Why Do We Yawn?

Why Do We Yawn?Have you ever wondered why you yawn? Have you ever started yawning the minute you see someone else doing it? Yawning is a common bodily function that we don’t pay too much attention to until we yawn at the wrong time or in the wrong place. To some extent yawning remains a mystery, but here is what scientists do know about it.

Yawning can be contagious. The mere suggestion of it – like reading this – may cause you to yawn, or you may do so when you observe another person yawning. (This well rested writer started yawning while writing this.) We’re not the only ones who do that. Chimpanzees and members of the wolf/dog family experience contagious yawning, too. Scientists think that yawning spreads because we feel empathy towards those we know – and those who are yawning.

A study posted in the research journal PLOS One seems to support that theory. Researchers showed one group of chimpanzees a video of a second group of chimpanzees yawning. The results of the study showed that chimps were more likely to yawn when they were familiar with the chimps they observed yawning, indicating that empathy may play a role.

However, another study published in PLOS One contradicted that finding. In fact, researchers discovered no connection between contagious yawning and empathy or time of day. They did, however, find that older people were less like to “catch a yawn” from others.
Suffice it to say that more research is needed to understand why yawns spread between humans, chimps, wolves and dogs.

What causes yawning?
The causes of yawning remain theories as well, but scientists do have some thoughts on the matter.
A change of physical or mental activity: It’s commonly held that if you yawn you must be tired or bored. You might be surprised to learn that a yawn causes the heart rate to rise quickly. Scientists believe that yawns may actually help us to change our physical or mental state from one of alertness or high activity to a quieter, less active one. For example:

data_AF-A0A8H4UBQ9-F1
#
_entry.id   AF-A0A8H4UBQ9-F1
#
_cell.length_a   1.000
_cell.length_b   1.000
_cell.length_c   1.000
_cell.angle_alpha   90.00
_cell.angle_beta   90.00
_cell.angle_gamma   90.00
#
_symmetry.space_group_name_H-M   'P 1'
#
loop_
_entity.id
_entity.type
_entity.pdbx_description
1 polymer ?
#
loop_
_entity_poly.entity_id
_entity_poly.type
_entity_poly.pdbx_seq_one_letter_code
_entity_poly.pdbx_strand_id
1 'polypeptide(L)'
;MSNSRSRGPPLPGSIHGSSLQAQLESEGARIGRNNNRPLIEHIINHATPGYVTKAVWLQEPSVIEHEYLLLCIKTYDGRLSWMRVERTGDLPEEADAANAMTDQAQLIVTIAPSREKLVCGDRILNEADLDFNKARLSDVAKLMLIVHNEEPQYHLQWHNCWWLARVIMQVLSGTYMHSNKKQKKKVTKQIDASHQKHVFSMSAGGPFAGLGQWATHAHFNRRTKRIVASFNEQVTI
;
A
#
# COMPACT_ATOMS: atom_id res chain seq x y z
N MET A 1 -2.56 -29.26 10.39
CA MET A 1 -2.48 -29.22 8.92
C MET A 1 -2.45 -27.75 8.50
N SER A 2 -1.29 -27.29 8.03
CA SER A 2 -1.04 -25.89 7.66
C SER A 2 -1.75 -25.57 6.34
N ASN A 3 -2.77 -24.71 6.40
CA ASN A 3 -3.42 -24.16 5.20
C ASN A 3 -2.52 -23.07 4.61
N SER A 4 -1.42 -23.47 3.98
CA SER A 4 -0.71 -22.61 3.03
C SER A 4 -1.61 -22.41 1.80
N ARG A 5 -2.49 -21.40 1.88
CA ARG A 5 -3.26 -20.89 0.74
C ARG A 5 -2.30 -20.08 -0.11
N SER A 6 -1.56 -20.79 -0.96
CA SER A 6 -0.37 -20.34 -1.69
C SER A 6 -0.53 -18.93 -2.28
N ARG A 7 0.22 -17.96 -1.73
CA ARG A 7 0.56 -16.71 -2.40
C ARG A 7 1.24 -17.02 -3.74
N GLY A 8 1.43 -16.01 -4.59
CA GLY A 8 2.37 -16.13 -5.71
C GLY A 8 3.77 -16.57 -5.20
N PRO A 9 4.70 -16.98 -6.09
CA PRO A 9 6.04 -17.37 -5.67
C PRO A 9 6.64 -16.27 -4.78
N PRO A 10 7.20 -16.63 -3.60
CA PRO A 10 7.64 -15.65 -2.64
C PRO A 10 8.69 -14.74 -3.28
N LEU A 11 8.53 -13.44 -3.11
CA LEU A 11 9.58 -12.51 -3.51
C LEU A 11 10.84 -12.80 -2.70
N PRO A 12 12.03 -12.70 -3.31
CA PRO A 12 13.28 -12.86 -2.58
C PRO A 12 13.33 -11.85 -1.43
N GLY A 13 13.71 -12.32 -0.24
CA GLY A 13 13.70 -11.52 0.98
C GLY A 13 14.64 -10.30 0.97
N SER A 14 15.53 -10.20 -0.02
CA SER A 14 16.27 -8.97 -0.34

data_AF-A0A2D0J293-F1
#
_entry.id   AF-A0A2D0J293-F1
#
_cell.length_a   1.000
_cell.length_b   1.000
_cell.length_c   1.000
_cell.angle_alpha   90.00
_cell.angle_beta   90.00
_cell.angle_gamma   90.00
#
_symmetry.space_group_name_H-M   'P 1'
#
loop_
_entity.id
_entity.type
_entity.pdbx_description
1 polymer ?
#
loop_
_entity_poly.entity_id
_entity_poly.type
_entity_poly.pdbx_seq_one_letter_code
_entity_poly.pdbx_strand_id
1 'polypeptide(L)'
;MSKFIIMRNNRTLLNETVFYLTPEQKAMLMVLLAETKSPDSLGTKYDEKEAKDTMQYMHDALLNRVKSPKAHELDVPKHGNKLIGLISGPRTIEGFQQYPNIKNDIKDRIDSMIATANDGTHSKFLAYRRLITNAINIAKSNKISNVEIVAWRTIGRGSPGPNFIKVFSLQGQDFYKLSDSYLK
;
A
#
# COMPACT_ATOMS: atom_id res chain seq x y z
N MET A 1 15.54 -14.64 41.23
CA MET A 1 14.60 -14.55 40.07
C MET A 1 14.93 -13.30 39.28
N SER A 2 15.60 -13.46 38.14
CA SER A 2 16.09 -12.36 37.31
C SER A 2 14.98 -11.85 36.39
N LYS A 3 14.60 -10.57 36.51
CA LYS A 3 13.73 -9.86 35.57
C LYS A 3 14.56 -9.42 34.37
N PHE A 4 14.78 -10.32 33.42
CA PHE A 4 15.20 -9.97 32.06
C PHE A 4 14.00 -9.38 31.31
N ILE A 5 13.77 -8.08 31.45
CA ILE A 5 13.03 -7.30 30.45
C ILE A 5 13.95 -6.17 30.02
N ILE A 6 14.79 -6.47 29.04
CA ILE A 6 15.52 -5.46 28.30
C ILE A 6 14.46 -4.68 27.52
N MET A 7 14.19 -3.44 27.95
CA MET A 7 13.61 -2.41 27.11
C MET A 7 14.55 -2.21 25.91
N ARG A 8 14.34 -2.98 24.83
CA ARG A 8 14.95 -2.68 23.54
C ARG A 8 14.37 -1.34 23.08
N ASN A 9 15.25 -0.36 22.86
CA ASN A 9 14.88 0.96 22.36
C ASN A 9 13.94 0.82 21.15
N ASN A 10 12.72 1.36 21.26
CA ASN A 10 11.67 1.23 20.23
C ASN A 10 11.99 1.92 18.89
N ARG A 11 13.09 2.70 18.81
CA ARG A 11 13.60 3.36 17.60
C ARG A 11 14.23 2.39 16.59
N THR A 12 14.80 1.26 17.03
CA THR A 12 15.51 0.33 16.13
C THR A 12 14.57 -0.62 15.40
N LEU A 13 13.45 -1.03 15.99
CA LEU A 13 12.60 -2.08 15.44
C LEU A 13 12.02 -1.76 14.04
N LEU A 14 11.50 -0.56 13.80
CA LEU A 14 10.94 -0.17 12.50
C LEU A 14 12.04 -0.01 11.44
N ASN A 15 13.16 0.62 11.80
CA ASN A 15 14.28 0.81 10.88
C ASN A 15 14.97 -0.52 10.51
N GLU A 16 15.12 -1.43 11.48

• A yawn could indicate that the body is tired and ready to sleep.
  • It could mean that the brain is becoming bored and is moving from a state of attentiveness to one of daydreaming or distraction.
  • After playing sports or exercising a yawn could indicate that the brain is transitioning to a lower state of activity.

More oxygen for the body:
Yawning may simply be a different type of breathing for the body. A yawn takes in lots of air and causes the heart to beat faster. As a result, the body takes in more oxygen. Researchers think that yawns may occur when the body knows it needs fresh oxygen in the blood.

Air conditioning for the brain
Believe it or not the best temperature to cool an overheated brain and the body’s circulatory system is about 68 degrees Fahrenheit. Researchers theorize that yawns tend to occur more often at that temperature so the body can take in perfectly heated and cooled air. The heart beats faster during a yawn and that causes blood and spinal fluid to circulate through the body, cooling down the brain.

An evolutionary cell phone:
Some scientists believe that our earliest ancestors may have used yawns to communicate to fellow human beings before speech was developed. They could have informed others that the yawner was bored, sleepy, becoming less active or more aggressive by showing teeth.

As you can see, there are no hard facts about the causes of yawning or why they are contagious. As a result, there really is no way to know how to prevent them. Suffice it to say that a good night’s sleep and stimulating activities may prevent yawns, and you can always look away when you see someone else beginning to yawn so you won’t catch it!

 

References
http://journals.plos.org/plosone/article?id=10.1371/journal.pone.0018283
http://journals.plos.org/plosone/article?id=10.1371/journal.pone.0091773

 


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